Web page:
Young Muslim New Yorkers Challenge Hate in Their Own Words

From the play Beyond Sacred

While some variant of Islam is practiced by 1.57 billion people worldwide, a number of shocking misconceptions about the faith persist among those invested in spreading xenophobia and fear.

One of the most pernicious is that all Muslims speak, worship, behave and think in the same way.

Just this past week, Republican presidential nominee Donald Trump speculated that Ghazala Khan, the mother of a fallen American solider, was silent during her husband’s speech at the Democratic National Convention because she “wasn’t allowed to speak.” In response, the Council on American-Islamic Relations has urged Muslim women to speak up on Twitter using the hashtag #canyouhearusnow.

Offering a rich and nuanced portrayal of contemporary Muslim experience, the play Beyond Sacred is comprised of the true stories of its performers, all themselves young New Yorkers who have some relationship to the Muslim faith. Called “probing and persuasive” by the New York Times, Beyond Sacred was created by Ping Chong + Company and commissioned by the LaGuardia Performing Arts Center, located in Queens, New York.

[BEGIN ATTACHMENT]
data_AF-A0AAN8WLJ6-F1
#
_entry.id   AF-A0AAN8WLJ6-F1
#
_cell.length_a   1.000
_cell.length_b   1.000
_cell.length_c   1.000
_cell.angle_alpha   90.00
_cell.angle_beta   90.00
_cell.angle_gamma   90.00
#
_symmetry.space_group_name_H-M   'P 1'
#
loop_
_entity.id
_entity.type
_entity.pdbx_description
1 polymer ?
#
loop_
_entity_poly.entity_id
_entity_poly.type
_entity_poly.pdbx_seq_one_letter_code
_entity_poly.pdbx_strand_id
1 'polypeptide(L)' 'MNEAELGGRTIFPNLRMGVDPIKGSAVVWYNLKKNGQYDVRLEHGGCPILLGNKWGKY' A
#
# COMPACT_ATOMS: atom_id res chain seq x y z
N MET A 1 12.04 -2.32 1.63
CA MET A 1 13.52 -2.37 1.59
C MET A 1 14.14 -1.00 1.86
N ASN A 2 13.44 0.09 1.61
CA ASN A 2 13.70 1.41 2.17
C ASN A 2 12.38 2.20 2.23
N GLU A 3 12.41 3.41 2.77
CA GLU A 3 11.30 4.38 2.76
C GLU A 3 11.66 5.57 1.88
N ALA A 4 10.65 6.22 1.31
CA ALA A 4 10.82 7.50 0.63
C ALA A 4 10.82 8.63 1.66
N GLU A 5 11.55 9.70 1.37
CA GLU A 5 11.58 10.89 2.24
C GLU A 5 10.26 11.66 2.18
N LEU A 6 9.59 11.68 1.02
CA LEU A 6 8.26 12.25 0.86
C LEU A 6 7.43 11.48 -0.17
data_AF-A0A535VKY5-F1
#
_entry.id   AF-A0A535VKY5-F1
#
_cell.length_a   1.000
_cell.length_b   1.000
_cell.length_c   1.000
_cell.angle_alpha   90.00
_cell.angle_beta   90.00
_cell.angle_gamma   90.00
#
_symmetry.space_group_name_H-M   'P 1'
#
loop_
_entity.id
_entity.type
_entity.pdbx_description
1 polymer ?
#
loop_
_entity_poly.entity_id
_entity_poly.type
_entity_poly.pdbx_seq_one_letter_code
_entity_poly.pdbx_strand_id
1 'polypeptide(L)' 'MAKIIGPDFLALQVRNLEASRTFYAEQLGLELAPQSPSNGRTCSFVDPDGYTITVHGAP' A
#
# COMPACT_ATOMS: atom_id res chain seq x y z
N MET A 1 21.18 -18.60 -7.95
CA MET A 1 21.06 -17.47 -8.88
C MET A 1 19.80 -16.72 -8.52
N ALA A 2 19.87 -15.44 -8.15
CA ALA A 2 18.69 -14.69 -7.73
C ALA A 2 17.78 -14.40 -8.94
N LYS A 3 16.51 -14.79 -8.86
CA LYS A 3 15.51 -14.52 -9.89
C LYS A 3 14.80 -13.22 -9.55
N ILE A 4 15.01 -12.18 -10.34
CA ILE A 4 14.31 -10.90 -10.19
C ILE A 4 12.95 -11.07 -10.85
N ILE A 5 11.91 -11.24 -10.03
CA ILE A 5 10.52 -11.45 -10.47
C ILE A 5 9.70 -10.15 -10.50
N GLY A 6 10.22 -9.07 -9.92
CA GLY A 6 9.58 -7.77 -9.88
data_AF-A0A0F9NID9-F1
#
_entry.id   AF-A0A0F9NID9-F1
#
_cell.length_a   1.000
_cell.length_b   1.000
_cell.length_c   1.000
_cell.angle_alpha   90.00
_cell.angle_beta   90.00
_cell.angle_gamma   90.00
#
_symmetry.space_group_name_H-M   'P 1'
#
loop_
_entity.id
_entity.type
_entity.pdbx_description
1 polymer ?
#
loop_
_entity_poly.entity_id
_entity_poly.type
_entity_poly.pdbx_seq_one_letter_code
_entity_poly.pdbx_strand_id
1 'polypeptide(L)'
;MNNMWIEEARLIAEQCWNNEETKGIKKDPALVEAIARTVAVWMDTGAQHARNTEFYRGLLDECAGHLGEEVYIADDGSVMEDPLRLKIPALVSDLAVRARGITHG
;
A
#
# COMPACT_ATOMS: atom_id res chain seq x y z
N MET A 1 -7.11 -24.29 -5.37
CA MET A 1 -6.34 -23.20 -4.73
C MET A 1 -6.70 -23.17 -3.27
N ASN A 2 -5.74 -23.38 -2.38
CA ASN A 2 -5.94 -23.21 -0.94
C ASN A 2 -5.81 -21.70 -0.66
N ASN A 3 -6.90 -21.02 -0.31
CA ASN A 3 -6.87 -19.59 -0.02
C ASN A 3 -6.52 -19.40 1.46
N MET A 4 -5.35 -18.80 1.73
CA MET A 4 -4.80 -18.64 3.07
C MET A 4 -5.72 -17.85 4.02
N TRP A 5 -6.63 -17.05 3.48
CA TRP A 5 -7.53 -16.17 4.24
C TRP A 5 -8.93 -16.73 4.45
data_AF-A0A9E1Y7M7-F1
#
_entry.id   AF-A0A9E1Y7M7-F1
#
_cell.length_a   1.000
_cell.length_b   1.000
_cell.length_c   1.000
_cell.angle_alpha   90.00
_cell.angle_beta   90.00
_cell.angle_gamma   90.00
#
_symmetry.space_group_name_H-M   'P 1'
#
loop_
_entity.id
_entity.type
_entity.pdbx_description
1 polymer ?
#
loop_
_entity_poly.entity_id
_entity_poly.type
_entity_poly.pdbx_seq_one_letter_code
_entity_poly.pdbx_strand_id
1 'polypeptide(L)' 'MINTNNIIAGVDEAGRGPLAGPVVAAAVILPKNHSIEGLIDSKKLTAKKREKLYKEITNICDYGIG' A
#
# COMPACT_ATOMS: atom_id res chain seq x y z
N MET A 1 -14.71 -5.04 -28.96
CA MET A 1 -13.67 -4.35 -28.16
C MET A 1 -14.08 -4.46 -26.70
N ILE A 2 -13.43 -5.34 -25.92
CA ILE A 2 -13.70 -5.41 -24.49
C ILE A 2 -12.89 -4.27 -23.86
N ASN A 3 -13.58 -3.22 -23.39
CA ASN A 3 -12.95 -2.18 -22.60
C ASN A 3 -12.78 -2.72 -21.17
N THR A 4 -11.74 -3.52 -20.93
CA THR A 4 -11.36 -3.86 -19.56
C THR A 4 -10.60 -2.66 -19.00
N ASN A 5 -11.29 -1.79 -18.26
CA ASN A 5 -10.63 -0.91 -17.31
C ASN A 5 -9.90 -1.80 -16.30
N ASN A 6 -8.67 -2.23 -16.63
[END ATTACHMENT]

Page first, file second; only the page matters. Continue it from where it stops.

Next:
These videos are all excerpts that allow the young performers to speak in their own words.

Tiffany’s father is Muslim and her mother is Christian. In this excerpt, Tiffany talks about her decision to wear the hijab.

Ferdous and his family fled their home in Afghanistan due to the Taliban. He describes the challenges of his family’s life both before and after emigration.

Kadin describes the differences in the cultural spaces he’s inhabited, from the conservative South to Paris to New York. He reflects on experiencing the aftermath of the Trayvon Martin shooting abroad.

Maha has lived in 10 different countries since her birth in Kuwait. She speaks about the assumptions people make about her Muslim identity.

Amir was born and raised in New York City by an Egyptian father and a Puerto Rican mother. He discusses the decision to stop hiding his Muslim heritage.

See more work like this at the Cultural Exchange Laboratory, a new initiative for sharing and supporting innovative work by international artists, especially those emerging from Muslim-majority countries and cultures. Produced by the Association of Performing Arts Presenters (APAP), the project has received funding support from the Doris Duke Charitable Foundation, the Doris Duke Foundation for Islamic Art and the Robert Sterling Clark Foundation.

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